Speeding down the road, mentally reviewing my day’s to-do list, I spotted a turtle, about the size of a football, emerging from the newly mowed, grassy median strip and heading across the roadway. The image of turtle soup on concrete made me pop a U-turn. My intention was a quick assist, and then to be on my busy, frantic way.
But reaching down to pick the turtle up I saw its shell was cracked—a large, clean break on the top—its pink, delicate skin visible beneath. There was fresh blood on the road under it though the turtle didn’t appear severely injured. Its feet flailed as I lifted it, but then quickly disappeared into the safety of the fractured armor. As I hurried across the road, a cautious head peeked out just far enough to cock a curious, beady eye up at me. I placed it gently amid grass and gravel, darted back across the roadway and into my car—my own armor, of sorts. Good deed done, now on with the day.
But not so fast. Would it be all right? From behind the wheel I studied the turtle—now a dark lump on the far side of the road. It hadn’t moved since I put it down. What would happen when the bayou’s muddy water poured over its raw, exposed skin? I cringed. What if ants found the wounded creature and swarmed in mass, tearing apart its soft pink flesh tiny bite by tiny bite? Okay, I’ll call the vet and get an expert opinion, secretly hoping to offload the responsibility in the process.
The receptionist listened patiently as I explained the problem. Placing me on hold, she went to consult with the doctor, and returned minutes later not with an answer but with the phone number of another vet who “handles these kinds of situations.” The second number yielded similar results leading to yet a third number which proved, in the end, to be disconnected.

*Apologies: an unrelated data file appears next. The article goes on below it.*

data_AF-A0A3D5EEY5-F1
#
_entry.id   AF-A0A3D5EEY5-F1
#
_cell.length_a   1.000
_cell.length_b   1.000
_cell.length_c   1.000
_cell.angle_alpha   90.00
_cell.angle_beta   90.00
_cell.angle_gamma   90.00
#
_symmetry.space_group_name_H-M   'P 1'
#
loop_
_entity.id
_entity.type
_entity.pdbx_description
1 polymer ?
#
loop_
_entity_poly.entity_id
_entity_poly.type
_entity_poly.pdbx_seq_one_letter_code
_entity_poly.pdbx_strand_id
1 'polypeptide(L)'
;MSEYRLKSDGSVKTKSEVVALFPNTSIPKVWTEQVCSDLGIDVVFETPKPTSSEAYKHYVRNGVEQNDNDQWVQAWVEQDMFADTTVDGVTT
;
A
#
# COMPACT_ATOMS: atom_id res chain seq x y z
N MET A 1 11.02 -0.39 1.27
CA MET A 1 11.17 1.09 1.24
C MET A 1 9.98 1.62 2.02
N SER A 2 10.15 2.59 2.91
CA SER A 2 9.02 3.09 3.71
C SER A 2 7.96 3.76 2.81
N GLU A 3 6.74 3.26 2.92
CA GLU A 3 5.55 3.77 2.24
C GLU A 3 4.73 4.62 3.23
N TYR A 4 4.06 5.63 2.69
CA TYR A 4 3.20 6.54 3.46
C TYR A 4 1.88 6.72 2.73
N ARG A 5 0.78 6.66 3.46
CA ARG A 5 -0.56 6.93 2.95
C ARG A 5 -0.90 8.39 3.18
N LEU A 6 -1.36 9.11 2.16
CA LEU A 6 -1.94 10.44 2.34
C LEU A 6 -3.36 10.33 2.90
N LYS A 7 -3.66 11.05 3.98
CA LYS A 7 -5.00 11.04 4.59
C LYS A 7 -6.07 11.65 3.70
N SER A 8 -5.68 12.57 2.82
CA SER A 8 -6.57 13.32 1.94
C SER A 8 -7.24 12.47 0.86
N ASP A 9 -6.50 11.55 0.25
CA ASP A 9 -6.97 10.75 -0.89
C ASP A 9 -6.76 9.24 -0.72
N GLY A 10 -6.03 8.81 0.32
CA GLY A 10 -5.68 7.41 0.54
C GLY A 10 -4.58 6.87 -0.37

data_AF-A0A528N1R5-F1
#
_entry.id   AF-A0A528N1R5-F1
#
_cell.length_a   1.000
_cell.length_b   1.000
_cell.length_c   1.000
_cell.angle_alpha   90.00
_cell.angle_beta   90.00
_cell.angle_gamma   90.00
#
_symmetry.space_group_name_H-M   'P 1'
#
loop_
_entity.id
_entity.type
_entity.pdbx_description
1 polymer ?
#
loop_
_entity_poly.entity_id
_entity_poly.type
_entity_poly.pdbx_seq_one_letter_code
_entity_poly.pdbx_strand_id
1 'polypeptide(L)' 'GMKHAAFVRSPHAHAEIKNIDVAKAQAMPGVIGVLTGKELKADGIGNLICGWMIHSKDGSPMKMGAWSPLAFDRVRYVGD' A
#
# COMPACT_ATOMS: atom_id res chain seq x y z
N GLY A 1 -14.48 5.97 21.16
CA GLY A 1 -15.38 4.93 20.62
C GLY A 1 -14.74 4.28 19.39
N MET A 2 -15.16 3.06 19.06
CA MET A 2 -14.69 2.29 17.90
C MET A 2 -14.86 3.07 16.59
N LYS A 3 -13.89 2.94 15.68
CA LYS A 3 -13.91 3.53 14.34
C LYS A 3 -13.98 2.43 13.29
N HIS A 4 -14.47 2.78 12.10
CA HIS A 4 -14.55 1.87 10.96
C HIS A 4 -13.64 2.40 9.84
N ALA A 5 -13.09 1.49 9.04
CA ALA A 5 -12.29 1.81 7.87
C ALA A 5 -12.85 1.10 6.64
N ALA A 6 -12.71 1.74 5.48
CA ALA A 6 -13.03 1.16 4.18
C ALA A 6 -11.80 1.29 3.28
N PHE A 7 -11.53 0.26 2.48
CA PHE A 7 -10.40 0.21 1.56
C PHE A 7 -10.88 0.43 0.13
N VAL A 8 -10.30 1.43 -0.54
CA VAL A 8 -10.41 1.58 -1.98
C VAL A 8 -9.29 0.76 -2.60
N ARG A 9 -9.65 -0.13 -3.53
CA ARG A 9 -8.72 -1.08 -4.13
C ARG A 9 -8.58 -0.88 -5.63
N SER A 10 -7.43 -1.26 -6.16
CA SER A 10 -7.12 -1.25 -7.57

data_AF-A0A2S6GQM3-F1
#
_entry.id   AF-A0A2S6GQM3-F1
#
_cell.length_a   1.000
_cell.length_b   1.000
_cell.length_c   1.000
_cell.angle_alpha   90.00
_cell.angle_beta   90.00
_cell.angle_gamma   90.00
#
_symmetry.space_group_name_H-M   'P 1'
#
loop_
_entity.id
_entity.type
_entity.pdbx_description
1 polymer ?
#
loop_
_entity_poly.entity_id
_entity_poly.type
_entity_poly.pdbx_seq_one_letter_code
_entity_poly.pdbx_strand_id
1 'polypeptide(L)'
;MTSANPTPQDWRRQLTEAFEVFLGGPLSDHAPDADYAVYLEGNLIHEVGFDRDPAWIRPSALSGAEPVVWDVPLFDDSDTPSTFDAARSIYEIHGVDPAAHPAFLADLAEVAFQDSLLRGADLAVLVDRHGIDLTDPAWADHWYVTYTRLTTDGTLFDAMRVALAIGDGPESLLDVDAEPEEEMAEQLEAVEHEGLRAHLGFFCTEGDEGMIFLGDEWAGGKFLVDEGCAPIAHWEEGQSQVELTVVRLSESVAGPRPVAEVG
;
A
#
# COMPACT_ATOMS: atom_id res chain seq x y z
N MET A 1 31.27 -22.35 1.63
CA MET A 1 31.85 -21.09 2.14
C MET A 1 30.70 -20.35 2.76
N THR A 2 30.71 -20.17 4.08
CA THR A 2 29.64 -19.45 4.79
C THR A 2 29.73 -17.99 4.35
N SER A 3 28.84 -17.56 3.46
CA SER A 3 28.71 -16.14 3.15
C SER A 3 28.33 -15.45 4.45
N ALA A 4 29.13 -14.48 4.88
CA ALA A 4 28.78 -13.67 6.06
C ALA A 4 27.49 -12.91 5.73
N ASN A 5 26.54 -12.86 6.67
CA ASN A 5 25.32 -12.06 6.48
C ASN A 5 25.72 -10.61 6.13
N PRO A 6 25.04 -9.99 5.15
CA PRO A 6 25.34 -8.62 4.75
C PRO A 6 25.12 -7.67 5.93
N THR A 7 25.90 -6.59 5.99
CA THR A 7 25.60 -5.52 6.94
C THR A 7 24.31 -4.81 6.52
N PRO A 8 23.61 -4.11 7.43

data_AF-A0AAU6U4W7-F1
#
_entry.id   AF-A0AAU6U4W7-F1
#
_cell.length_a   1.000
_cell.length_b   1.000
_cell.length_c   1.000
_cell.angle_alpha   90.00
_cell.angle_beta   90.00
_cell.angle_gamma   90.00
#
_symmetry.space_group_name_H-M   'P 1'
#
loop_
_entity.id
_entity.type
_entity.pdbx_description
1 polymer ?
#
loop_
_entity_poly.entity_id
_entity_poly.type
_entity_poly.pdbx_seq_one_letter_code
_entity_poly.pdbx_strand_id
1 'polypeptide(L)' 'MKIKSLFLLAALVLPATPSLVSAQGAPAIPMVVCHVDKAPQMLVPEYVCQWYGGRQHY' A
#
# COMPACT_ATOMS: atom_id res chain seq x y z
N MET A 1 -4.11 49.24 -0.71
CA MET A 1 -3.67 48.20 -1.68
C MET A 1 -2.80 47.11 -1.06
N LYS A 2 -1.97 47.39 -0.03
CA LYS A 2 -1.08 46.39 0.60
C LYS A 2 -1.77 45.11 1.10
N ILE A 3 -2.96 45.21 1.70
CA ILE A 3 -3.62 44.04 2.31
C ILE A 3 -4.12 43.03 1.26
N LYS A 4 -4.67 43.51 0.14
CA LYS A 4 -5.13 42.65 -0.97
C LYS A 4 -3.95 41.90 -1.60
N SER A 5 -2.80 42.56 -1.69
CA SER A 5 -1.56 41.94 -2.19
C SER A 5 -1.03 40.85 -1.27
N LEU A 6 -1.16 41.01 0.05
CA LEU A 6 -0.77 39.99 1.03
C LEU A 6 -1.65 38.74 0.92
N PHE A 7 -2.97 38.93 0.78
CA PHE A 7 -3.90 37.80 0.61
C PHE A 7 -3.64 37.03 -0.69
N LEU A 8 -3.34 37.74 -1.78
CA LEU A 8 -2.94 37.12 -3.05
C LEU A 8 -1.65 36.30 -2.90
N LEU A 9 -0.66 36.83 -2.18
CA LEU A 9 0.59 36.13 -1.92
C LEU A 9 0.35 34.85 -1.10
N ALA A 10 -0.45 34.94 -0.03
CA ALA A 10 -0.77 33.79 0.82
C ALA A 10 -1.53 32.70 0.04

Now what? Dodging traffic, I retrieved the turtle from the far side of the road, dashed back and loaded it into a battered, recycle box in my trunk.
“We like to look them over before releasing them back into the wild,” the woman at the Wildlife Rescue Center told me over the phone. The center was an hour’s drive away. Drat! Remembering the look in those tiny beady eyes, what choice did I have? So, on a day when rescuing a turtle was nowhere on my long list of things to do, I found myself en route to a rescue site an hour’s drive across town.
Arrival was like a scene from TV’s ER. Walking through the entrance someone whisked the turtle from my hands and disappeared through a pair of swinging doors to the back. That was the last I ever saw of “my” turtle.
The woman at the front was appreciative that I had brought it in, explaining that sometimes they can epoxy a turtle’s shell and glue it back together. I could get status reports of its progress, she advised.
About a week later I received a brief note. “Your turtle has been sent to A&M for repair;” followed a few weeks later with an update. “The turtle was repaired and has been released.” Ah, the turtle was whole again, and all was right with the world.
For the turtle, crossing my path that fateful day provided great fodder for The Turtle Diaries: attacked and wounded by an unknown force; abducted by an alien; transported to a strange place; poked, prodded and examined under bright lights; subjected to a foreign, sticky substance, and finally set free in a strange land.
As for me, my encounter with the injured turtle was a gentle reminder that we are each stewards of this beautiful planet along with all its creatures great and small, even when it’s not convenient and not on our list.
Author’s Note: The Almanac of Arlington Heights, Winter 2011